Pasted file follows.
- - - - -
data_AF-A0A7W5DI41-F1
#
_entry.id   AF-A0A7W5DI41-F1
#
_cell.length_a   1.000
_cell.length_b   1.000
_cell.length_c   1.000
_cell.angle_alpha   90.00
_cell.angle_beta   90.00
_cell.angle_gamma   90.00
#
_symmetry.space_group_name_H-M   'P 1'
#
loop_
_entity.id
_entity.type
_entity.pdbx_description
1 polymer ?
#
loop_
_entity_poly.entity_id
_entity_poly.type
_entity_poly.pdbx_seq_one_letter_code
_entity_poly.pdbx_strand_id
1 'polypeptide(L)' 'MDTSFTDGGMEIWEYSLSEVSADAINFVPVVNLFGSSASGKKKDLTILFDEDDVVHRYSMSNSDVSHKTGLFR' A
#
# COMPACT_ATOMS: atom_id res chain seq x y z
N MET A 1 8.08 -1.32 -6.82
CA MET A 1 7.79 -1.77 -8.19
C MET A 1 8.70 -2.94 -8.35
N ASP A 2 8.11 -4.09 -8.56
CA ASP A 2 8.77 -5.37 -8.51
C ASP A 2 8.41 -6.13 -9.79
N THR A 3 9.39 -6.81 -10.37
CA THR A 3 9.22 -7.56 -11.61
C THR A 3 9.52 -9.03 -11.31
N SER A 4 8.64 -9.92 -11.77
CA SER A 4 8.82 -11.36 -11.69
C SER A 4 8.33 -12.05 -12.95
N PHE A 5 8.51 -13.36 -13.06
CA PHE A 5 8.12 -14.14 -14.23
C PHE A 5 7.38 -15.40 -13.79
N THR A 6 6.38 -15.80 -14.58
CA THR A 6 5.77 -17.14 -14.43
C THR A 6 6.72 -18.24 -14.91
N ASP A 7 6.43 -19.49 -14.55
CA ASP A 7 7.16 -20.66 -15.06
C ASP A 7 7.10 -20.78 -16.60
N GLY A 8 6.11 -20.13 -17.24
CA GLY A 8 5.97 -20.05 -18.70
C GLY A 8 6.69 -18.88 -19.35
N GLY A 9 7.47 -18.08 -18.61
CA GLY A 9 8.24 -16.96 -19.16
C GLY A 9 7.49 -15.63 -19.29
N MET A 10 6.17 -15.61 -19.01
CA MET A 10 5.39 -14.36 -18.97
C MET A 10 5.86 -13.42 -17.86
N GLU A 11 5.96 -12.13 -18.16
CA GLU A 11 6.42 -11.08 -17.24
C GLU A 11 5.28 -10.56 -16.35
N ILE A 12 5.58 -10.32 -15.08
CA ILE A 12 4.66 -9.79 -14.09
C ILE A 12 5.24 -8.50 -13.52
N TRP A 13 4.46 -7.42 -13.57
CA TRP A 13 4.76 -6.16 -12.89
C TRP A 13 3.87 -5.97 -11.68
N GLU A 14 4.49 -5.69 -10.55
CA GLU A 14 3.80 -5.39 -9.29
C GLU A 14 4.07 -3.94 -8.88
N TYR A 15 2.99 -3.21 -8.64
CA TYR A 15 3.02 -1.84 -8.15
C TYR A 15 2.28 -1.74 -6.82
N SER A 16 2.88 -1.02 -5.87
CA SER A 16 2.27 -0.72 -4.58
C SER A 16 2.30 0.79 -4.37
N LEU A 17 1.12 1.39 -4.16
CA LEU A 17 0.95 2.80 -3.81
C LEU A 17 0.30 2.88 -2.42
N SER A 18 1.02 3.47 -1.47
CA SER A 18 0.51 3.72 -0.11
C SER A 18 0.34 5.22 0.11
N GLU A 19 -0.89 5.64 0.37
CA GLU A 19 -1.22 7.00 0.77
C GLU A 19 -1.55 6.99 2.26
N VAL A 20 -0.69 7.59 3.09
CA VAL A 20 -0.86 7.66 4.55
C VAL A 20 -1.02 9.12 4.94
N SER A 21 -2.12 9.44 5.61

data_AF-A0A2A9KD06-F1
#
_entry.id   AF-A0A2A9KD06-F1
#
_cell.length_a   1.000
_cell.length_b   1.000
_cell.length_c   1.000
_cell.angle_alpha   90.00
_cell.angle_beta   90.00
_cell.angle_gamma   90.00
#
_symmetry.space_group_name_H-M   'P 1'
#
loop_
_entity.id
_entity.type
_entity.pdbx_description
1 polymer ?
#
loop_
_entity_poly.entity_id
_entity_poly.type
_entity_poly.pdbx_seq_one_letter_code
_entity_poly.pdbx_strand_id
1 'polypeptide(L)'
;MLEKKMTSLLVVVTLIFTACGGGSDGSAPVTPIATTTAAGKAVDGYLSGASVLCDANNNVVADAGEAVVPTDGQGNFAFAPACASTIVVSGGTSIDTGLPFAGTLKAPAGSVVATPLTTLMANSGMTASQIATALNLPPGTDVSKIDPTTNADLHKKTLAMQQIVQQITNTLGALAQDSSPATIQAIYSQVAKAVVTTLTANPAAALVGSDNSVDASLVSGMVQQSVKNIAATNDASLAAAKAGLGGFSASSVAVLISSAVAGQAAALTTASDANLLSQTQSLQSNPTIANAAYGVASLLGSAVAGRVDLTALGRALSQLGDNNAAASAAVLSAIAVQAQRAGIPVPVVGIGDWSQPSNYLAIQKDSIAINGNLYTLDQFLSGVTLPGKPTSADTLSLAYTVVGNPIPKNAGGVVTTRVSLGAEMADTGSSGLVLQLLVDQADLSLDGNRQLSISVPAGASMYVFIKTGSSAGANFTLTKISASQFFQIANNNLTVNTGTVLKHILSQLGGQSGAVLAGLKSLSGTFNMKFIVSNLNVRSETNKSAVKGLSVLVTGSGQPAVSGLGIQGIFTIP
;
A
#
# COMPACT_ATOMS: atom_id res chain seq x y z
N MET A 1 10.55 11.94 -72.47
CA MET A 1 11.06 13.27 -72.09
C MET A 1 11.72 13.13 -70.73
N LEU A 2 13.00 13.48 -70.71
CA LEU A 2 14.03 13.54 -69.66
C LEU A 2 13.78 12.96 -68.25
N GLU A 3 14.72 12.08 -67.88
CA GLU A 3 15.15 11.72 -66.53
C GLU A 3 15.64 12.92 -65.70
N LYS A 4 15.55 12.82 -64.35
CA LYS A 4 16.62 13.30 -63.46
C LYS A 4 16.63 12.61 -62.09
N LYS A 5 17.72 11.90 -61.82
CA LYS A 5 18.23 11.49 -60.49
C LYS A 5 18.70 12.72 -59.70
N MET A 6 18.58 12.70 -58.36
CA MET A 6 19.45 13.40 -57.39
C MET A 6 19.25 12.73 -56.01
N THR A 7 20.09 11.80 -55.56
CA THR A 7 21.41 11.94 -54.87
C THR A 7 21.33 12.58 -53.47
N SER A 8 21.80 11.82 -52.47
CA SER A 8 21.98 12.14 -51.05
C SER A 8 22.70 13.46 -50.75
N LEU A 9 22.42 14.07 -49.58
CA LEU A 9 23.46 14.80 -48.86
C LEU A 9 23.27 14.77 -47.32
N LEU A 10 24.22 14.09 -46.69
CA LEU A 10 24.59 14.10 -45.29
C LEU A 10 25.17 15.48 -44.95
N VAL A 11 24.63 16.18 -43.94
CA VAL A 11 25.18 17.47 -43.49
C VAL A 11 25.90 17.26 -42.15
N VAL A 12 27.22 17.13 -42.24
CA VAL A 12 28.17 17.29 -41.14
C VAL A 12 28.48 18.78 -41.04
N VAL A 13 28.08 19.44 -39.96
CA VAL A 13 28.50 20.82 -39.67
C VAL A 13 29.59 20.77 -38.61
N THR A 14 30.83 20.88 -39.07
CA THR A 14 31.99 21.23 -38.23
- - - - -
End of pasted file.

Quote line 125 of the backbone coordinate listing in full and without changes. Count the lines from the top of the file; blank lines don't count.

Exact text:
N GLU A 3 14.72 12.08 -67.88